Another barrier for the common citizen to play a protagonist role and the distribution of power is the dispute between public and societal parties to command the way through which social participation should occur, a matter that can be translated as: who decides which process and application will be adopted. And the quality and effectiveness of the process, as said before, depend on the characteristics (architecture, implicit process and features) of the applications used.

We believe that a plausible way out of this impasse is to join efforts from State and civil society to build common digital resources, with the State participating by adherence to the work of open source software development communities. This has happened to a part of the governmental social participation policies in Brazil, over the last 7 years, benefiting from the efforts invested by Brazilian civil society to build technologies for collaborative social participation on the Internet.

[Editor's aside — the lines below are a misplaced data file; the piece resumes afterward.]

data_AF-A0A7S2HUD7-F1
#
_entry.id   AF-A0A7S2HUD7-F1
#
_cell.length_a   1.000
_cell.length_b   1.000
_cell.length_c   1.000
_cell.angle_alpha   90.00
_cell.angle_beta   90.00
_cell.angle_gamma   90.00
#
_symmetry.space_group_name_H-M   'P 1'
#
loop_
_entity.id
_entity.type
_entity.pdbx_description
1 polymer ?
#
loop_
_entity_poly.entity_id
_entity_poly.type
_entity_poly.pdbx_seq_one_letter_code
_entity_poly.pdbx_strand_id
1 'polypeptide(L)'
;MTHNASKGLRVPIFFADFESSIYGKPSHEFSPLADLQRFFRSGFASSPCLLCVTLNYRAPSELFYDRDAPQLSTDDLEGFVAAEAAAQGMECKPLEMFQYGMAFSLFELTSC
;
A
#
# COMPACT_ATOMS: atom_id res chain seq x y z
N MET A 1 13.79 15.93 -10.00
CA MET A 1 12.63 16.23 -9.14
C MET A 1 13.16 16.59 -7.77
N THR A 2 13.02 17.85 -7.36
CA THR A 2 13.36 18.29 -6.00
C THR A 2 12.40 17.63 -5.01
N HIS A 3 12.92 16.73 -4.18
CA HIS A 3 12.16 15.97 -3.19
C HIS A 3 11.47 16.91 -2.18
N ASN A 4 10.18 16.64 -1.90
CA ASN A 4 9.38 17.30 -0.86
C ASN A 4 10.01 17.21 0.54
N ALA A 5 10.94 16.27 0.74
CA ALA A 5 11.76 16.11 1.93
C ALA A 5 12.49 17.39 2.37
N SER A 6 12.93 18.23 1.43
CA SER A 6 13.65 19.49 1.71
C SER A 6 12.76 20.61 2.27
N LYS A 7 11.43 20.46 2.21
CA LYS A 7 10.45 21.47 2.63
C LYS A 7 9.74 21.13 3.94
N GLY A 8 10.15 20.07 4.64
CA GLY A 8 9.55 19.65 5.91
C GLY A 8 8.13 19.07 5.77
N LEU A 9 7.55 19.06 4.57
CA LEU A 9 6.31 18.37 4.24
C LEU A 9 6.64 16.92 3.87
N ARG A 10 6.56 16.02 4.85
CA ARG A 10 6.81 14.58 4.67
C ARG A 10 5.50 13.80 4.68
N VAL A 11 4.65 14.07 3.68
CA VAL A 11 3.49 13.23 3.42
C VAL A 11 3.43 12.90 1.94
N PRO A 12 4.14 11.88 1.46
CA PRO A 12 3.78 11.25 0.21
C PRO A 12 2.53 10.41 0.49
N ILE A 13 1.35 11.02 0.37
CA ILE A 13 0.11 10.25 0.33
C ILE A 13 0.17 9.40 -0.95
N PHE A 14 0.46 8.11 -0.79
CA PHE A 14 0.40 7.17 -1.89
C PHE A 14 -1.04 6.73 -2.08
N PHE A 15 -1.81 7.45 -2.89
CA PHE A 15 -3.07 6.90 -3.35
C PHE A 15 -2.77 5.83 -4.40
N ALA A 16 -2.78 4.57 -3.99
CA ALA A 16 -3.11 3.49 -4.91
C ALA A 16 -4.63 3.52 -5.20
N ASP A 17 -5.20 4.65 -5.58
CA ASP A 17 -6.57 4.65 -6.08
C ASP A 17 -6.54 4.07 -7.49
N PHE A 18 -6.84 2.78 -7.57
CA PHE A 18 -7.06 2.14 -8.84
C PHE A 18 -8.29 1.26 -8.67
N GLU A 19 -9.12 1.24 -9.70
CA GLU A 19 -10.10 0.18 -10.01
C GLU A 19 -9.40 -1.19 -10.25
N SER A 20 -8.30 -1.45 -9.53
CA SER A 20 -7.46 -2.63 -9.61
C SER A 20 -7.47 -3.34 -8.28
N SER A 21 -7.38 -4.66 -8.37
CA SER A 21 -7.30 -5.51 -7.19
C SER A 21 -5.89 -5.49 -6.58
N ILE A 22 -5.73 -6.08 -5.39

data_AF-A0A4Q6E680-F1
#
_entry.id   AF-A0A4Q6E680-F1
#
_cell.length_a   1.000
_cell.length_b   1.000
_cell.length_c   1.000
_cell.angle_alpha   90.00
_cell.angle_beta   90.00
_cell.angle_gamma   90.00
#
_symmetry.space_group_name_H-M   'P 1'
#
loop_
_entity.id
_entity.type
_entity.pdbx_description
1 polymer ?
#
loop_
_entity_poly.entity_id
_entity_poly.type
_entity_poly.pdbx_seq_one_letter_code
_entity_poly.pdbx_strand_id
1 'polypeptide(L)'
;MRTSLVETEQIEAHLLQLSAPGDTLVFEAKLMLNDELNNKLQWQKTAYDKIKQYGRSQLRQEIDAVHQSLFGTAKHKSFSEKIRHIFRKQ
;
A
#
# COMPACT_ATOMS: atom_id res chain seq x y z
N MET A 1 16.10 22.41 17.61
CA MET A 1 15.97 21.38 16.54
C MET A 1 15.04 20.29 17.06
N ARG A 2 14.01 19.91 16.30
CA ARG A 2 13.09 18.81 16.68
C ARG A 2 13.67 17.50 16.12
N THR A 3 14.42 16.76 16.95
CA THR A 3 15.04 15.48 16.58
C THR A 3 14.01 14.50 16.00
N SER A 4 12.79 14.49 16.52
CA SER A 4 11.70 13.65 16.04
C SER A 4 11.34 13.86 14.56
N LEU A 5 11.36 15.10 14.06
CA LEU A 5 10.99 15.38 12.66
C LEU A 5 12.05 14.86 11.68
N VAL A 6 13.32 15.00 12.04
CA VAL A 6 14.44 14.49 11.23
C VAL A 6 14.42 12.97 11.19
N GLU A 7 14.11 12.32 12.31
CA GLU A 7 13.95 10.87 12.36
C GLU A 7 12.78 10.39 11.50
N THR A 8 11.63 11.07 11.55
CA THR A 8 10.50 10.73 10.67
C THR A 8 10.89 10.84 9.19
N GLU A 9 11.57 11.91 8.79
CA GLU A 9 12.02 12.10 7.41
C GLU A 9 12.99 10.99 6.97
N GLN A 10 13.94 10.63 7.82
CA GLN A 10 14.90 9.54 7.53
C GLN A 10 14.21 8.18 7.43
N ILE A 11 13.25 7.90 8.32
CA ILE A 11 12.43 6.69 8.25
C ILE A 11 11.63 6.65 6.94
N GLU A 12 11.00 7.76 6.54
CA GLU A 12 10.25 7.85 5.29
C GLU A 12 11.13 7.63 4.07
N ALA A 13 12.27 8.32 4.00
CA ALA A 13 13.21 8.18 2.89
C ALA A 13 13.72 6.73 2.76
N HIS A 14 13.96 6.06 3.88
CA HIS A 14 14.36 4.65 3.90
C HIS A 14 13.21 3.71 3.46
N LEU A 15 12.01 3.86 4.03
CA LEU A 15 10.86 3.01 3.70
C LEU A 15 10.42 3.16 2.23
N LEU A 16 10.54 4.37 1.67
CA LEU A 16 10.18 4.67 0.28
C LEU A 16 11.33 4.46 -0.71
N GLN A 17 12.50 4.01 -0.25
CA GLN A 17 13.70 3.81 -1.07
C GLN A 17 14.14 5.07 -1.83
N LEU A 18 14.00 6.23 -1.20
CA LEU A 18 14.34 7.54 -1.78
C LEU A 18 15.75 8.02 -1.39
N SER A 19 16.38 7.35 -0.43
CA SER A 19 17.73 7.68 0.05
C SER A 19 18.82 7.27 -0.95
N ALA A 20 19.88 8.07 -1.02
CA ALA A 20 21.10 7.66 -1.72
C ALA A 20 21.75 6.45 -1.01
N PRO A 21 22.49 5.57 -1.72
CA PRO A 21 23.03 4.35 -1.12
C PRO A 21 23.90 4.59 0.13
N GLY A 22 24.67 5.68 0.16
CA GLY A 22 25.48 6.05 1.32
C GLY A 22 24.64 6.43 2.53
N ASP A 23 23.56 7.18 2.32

The first of these experiences took place in Marco Civil da Internet consultation that had its technology based on the work of an open source community from digital culture agenda, led by the Ministry of Culture. As an extension of this experience, a number of other public consultations used the same technology or articulated other open source communities developing collective deliberation technologies. This was the case of Participa.br and Pensando o Direito who adhered to at least three different open source communities: Noosfero, Delibera (WordPress) and Allourideas (Pairwise). The common trace of these initiatives is that they were all based on the use and adherence to open source software development communities who had already been working on the creation of innovative technologies for collective deliberation.